International Day of Tolerance on November 16 is a great opportunity for you to think back and recall the last time you had a different perspective than one of your friends. When’s the last time you’ve had to learn something about someone else’s culture? We’re betting it wasn’t that long ago. So look and know the date that celebrates open-mindedness and listening.
History of International Day For Tolerance
The UN General Assembly started it to get educational institutions and the general public to see tolerance as a staple of society. And it came after the United Nations declared a Year for Tolerance in 1995.
In 1995, UNESCO created the Declaration of Principles on Tolerance to define and provide awareness of tolerance for any governing and participating bodies. That day in 1995 was November 16. As an anniversary of that Declaration, we celebrate the International Day for Tolerance every November 16 to help spread tolerance and raise awareness of any intolerance that may still be prevalent today. Although we should be tolerant every day, it’s always good to have one occasion to remind us just how important tolerance is.
Additionally, UNESCO created an award to recognize those with great achievements in promoting the spirit of tolerance or non-violence in fields such as science, culture, and the arts. The UNESCO-Madanjeet Singh Prize and the UNESCO International Day for Tolerance both recognize tolerance as a universal human right.
How to Observe International Day For Tolerance
Read About Different Cultures
Reading about different cultures or nationalities is one of the best ways to help break down your intolerances that you may not know, as well as help increase your awareness of other prejudices worldwide. To celebrate tolerance, you may often need first to make yourself aware of intolerance.
Listen to Neighbors Who Have Different Viewpoints
Listening to others is a great way to open your perspective and take a better look at the world and how you perceive it. Tolerance and intolerance can only be identified by listening more to those who may have suffered at the hands of discrimination and hearing what they have to say.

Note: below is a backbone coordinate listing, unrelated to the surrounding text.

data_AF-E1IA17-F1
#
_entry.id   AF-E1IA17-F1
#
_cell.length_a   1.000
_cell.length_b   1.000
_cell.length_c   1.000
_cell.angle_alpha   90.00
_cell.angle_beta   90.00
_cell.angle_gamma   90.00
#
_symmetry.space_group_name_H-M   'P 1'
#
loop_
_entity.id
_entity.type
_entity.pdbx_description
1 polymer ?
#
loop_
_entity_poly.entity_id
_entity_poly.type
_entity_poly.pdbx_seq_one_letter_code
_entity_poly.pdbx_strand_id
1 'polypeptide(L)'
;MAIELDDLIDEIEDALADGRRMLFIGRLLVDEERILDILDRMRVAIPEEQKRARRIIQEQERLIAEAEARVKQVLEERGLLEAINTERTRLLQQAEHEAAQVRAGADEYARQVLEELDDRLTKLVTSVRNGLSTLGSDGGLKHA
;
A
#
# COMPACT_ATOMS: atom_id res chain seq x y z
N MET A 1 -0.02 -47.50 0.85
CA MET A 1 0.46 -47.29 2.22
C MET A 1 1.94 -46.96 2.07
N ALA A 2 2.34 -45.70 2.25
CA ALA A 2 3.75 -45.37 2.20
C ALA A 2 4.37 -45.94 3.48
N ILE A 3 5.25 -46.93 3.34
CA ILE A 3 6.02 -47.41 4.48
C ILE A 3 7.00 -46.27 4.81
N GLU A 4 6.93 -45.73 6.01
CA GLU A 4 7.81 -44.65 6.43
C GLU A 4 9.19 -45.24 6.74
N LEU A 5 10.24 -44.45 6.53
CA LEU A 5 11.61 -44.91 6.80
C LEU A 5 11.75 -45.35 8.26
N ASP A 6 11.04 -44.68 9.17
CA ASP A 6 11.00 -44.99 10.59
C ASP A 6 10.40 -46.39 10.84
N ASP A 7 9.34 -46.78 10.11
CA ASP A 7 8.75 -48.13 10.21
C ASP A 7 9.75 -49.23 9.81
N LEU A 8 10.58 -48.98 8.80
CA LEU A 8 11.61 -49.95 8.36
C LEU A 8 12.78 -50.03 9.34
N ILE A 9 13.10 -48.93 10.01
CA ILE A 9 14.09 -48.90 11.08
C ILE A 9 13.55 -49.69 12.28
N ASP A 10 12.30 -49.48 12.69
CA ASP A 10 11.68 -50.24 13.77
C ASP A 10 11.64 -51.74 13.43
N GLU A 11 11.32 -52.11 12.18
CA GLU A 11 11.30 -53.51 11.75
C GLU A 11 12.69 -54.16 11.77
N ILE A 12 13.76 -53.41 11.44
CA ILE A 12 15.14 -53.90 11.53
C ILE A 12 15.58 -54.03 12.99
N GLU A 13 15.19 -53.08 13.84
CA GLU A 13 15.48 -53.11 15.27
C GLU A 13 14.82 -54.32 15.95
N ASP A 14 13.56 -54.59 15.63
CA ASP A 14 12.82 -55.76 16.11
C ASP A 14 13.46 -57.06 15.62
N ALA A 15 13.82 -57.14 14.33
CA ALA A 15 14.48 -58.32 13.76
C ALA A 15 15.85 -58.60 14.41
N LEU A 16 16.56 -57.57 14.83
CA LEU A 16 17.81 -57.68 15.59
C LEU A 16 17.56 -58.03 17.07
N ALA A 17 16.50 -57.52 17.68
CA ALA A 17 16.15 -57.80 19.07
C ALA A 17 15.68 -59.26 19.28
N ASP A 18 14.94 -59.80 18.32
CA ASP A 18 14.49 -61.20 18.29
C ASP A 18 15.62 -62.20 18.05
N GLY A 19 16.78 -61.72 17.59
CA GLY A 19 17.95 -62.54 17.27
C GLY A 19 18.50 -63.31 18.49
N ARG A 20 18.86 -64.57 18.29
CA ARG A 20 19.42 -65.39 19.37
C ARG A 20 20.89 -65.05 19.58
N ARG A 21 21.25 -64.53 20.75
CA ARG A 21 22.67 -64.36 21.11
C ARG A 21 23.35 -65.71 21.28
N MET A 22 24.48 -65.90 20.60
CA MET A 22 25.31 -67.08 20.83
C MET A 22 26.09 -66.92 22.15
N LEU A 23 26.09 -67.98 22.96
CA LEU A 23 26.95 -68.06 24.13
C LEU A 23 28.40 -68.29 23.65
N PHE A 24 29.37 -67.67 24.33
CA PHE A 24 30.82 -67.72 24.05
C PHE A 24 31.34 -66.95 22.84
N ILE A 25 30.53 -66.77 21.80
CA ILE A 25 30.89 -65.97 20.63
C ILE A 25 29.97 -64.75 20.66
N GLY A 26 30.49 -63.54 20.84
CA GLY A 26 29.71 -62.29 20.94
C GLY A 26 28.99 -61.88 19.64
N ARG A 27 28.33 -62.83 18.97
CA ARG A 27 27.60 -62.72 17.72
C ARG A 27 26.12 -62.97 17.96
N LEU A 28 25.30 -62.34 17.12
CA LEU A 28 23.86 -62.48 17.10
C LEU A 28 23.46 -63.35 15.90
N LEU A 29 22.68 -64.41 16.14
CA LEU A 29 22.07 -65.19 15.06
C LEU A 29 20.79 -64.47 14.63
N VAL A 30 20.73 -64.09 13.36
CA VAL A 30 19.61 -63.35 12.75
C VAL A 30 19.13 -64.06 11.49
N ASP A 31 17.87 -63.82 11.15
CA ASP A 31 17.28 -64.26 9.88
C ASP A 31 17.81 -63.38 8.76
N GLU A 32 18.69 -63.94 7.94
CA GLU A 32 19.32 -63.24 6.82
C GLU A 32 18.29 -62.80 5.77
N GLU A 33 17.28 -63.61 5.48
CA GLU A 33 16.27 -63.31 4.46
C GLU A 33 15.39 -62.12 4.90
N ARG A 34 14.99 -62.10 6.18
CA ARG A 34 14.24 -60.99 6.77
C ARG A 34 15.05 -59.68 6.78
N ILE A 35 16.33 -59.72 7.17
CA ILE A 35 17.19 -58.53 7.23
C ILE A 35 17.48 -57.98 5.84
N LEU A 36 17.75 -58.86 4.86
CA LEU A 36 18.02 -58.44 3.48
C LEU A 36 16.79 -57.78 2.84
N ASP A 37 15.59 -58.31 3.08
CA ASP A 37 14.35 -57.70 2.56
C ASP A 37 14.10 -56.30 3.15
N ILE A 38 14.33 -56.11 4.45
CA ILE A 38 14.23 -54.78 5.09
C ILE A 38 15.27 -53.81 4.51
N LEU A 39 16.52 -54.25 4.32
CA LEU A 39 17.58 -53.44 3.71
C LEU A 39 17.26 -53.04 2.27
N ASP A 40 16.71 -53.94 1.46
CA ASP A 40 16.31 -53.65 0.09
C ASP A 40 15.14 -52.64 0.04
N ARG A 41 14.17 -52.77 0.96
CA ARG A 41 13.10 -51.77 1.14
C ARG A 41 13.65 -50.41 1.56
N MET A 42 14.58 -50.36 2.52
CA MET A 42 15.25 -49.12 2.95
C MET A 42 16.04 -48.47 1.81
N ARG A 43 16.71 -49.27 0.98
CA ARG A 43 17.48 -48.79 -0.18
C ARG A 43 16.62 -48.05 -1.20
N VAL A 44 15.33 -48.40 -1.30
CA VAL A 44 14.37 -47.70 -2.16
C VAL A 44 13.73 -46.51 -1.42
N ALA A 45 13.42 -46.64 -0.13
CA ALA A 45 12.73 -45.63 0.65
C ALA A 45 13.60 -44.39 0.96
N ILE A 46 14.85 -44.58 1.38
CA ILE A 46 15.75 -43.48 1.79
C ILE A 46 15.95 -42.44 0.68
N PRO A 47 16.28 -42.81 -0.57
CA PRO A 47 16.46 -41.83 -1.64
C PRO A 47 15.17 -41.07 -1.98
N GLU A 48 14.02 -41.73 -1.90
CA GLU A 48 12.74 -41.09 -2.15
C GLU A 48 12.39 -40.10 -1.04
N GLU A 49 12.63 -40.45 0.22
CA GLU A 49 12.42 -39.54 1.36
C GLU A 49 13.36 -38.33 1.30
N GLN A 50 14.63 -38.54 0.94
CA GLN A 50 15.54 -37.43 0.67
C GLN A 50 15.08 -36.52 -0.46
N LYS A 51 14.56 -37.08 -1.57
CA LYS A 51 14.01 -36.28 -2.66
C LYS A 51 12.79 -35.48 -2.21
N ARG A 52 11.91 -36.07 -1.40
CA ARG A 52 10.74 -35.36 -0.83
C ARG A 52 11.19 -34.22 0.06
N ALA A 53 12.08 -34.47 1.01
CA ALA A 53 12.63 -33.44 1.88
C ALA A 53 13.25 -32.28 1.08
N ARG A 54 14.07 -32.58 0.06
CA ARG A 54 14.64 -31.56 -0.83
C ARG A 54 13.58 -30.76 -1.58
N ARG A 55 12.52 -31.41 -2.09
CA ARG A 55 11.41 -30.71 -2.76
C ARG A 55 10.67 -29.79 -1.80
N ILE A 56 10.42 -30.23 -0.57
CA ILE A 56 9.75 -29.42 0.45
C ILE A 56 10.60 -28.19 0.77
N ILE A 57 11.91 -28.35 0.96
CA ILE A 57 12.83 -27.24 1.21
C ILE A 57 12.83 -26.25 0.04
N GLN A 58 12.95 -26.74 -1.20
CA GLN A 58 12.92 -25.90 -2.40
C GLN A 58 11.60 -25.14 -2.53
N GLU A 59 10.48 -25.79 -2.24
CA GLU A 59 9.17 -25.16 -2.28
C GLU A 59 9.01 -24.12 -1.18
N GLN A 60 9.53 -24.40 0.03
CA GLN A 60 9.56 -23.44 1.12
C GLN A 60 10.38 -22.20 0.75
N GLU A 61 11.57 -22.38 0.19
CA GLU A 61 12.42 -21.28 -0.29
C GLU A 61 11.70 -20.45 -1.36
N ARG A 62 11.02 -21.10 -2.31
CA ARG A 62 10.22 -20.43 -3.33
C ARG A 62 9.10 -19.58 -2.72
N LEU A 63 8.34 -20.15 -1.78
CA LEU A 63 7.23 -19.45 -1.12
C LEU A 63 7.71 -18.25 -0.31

Participate in Events of Remembrance or Advocacy
If you truly want to help celebrate the International Day of Tolerance, the best thing to do is go out and participate. Whether it’s a candlelight vigil for the victims of intolerance or a lecture from an esteemed activist or thought leader, getting out there and getting involved will only help you grow.
5 Facts About International Day For Tolerance
It affects a lot of people regularly.
On average, eight black people, three white people, three gay people, three Jewish people, and one Latino become hate crime victims daily.
Young people commit a lot.
Fifty per cent of all the hate crimes in the U.S. are committed by people between the ages of 15 and 24.
Every hour in the United States, somebody commits a hate crime.
The race is the largest reason.
The race is the main motive in most hate crimes reported, followed by sexual orientation and religion.
No one is born with inherent hate.
Hate crimes stem from a learned behaviour of hatred or one’s self-taught bias.
Why International Day For Tolerance is Important
International Day for Tolerance is a great educational resource to help learn about how to be a more tolerant person and the intolerances that may still be happening around the world.
It brings us together.
Inherently based on the idea that humans should come together rather than be divided, International Day for Tolerance is a day to celebrate the differences between cultures and creeds and appreciate what they bring to our lives.
It reminds us it’s a constant effort.
International Day of Tolerance is important because, although great strides have been made, more work must be done to eradicate intolerance worldwide. Increasing awareness and spreading education on days such as this help play an active role in eliminating discrimination.